Racially hostile work environment? Depends on which “n”-word.

Helene Tyrrell worked as a line chef at a jockey club in Arkansas during the Winter of 2010. She claimed that immediately after she started working, and pretty much throughout her employment, the word “nigger” was bandied about like you and I would say “hello” and “goodbye.” However, only once was the “n”-word hurled in her direction.

But it wasn’t nigger. No, that’s discriminatory.


Rather, according to the court in Tyrell v. Oaklawn Jockey Club, the “comment directed at Plaintiff and one other co-worker happened after the kitchen crew nearly mused getting breakfast out one Sunday. The comment, was according to Plaintiff, ‘I told you niggas we could get this done. I told you we could do this. Y’all my niggas.'”

And nigga, according to the State of Arkansas, is not a racist term.

So, although Ms. Tyrell claimed that the repeated use of “n”-words, whether in her presence or directed specifically at her, created a hostile work environment, the court was left scratching its proverbial head.

[T]he Court has trouble seeing how an objective person in the Plaintiff’s position would have found her co-workers’ jesting “extreme in nature.” By all appearances, the terms was not used derogatorily at all. It might have offended Plaintiff, but viewed objectively, the language was at most course [sic] jesting.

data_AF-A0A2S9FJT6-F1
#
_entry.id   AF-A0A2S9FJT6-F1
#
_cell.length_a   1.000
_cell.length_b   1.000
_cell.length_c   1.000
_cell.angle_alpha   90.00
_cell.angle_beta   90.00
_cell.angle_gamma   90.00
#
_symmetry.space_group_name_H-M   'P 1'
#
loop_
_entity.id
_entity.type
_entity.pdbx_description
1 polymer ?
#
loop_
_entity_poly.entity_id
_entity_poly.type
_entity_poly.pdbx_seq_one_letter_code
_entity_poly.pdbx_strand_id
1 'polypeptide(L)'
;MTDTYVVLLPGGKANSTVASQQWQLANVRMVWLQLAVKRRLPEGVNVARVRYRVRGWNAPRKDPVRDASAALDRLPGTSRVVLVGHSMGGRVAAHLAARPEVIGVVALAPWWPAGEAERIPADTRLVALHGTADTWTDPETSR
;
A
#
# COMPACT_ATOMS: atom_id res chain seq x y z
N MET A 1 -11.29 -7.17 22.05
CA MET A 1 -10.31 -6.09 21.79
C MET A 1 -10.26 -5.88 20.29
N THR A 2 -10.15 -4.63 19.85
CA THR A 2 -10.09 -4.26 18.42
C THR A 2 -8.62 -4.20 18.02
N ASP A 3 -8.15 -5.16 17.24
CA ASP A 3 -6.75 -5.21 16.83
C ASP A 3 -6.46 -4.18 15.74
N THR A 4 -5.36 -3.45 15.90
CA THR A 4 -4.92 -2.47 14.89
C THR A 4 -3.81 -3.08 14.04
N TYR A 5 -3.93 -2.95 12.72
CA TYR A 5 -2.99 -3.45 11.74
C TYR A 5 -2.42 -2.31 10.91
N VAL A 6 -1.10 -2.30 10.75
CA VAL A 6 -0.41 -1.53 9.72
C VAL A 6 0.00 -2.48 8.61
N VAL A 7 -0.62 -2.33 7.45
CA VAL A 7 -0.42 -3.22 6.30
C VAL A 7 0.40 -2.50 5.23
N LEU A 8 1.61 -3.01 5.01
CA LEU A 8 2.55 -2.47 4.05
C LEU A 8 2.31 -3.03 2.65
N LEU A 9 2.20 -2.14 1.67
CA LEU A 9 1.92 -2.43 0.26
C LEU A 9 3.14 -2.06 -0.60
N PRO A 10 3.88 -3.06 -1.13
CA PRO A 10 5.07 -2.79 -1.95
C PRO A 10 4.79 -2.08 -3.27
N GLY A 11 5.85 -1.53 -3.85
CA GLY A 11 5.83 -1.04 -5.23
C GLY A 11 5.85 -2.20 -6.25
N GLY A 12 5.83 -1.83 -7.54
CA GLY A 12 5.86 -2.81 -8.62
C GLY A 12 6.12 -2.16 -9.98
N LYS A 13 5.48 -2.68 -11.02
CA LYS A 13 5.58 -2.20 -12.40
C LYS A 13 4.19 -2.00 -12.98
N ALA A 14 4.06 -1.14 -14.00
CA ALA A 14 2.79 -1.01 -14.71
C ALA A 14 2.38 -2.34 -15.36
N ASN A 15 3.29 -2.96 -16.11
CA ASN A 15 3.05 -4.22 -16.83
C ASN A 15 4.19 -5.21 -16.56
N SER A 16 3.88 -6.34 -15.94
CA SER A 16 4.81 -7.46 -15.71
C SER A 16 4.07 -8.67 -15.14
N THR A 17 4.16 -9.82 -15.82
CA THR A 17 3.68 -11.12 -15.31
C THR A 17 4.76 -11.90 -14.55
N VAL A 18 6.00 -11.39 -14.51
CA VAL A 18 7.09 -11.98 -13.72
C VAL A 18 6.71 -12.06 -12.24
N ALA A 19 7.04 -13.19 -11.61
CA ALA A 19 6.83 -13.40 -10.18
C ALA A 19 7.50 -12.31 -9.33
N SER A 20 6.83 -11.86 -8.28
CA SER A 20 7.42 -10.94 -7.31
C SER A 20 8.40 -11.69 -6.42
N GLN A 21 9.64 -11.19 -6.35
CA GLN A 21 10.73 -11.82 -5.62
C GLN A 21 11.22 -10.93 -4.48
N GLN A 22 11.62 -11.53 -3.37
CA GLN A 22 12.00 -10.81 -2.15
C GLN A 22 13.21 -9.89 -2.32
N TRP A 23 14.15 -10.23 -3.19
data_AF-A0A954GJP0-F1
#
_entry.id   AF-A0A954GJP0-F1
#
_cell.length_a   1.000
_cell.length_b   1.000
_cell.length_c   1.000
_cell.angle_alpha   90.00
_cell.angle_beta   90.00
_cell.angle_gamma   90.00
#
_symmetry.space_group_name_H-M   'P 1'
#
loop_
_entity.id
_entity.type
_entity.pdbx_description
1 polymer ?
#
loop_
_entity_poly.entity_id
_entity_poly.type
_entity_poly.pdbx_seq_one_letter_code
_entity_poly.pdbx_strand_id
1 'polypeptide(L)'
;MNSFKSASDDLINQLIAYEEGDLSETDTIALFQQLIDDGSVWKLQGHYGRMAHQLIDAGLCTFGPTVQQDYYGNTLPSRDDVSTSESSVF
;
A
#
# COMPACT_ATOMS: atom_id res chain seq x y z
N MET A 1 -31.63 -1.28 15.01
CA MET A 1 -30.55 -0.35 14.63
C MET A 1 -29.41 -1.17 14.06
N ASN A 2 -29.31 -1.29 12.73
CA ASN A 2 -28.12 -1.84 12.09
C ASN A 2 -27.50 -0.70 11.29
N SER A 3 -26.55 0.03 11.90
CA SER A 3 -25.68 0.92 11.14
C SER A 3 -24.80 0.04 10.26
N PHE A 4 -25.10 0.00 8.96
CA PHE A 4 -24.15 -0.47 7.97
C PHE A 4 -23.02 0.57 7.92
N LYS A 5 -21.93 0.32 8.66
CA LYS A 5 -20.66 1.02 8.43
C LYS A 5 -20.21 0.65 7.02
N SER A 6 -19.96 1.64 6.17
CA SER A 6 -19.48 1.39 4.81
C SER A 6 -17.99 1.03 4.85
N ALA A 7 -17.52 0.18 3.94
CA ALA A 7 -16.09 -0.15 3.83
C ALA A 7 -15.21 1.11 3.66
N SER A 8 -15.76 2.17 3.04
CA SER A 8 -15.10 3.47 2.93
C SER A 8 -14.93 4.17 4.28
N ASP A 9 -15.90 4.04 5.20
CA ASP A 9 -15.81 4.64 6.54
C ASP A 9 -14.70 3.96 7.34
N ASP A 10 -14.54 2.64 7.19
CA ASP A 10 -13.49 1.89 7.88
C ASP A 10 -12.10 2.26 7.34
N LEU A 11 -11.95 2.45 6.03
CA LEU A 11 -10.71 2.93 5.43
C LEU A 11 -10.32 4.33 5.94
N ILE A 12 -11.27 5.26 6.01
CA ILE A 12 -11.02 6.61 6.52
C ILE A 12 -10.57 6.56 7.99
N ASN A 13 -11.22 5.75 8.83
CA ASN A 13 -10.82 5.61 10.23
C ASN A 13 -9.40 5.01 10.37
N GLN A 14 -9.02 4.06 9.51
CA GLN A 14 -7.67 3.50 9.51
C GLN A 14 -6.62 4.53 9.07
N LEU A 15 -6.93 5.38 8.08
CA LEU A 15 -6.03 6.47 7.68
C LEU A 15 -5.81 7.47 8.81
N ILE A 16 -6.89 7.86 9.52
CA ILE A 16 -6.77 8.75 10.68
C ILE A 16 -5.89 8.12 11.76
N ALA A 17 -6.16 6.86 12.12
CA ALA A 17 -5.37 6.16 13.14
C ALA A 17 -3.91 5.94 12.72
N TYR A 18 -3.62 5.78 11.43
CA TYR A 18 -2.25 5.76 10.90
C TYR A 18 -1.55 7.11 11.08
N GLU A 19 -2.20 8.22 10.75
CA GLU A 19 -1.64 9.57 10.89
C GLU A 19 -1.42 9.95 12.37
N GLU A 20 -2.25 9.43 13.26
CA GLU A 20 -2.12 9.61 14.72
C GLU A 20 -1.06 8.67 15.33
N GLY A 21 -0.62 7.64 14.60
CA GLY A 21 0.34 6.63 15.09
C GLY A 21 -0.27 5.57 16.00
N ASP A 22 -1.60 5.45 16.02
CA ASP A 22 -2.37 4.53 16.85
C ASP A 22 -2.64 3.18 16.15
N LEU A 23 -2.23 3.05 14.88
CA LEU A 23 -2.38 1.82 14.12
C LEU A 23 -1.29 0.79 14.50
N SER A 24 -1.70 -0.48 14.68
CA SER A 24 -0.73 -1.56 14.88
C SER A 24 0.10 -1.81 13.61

At least one other court has noted that a plaintiff may, in certain instances, regard “nigga,” as no different than “nigger.” Wikipedia further notes (here) that “its use and meaning are heavily dependent on context.” So, I can’t help but feel that the Tyrell Court’s overwhelming confidence that a jury would condone the use of the word “nigga” is misplaced, and creates a very dangerous precedent, especially when the Court conceded that the Plaintiff, herself, was offended.

If you are a supervisor, manager, in Human Resources, or otherwise in a position to address complaints of discrimination in the workplace, please do not condone the use of either “n”-word. Maybe the “victim” is not offended by its use; but, maybe he/she is. Don’t second-guess it. Just make sure it doesn’t happen again.

(h/t Employment Discrimination Report)

“Doing What’s Right – Not Just What’s Legal”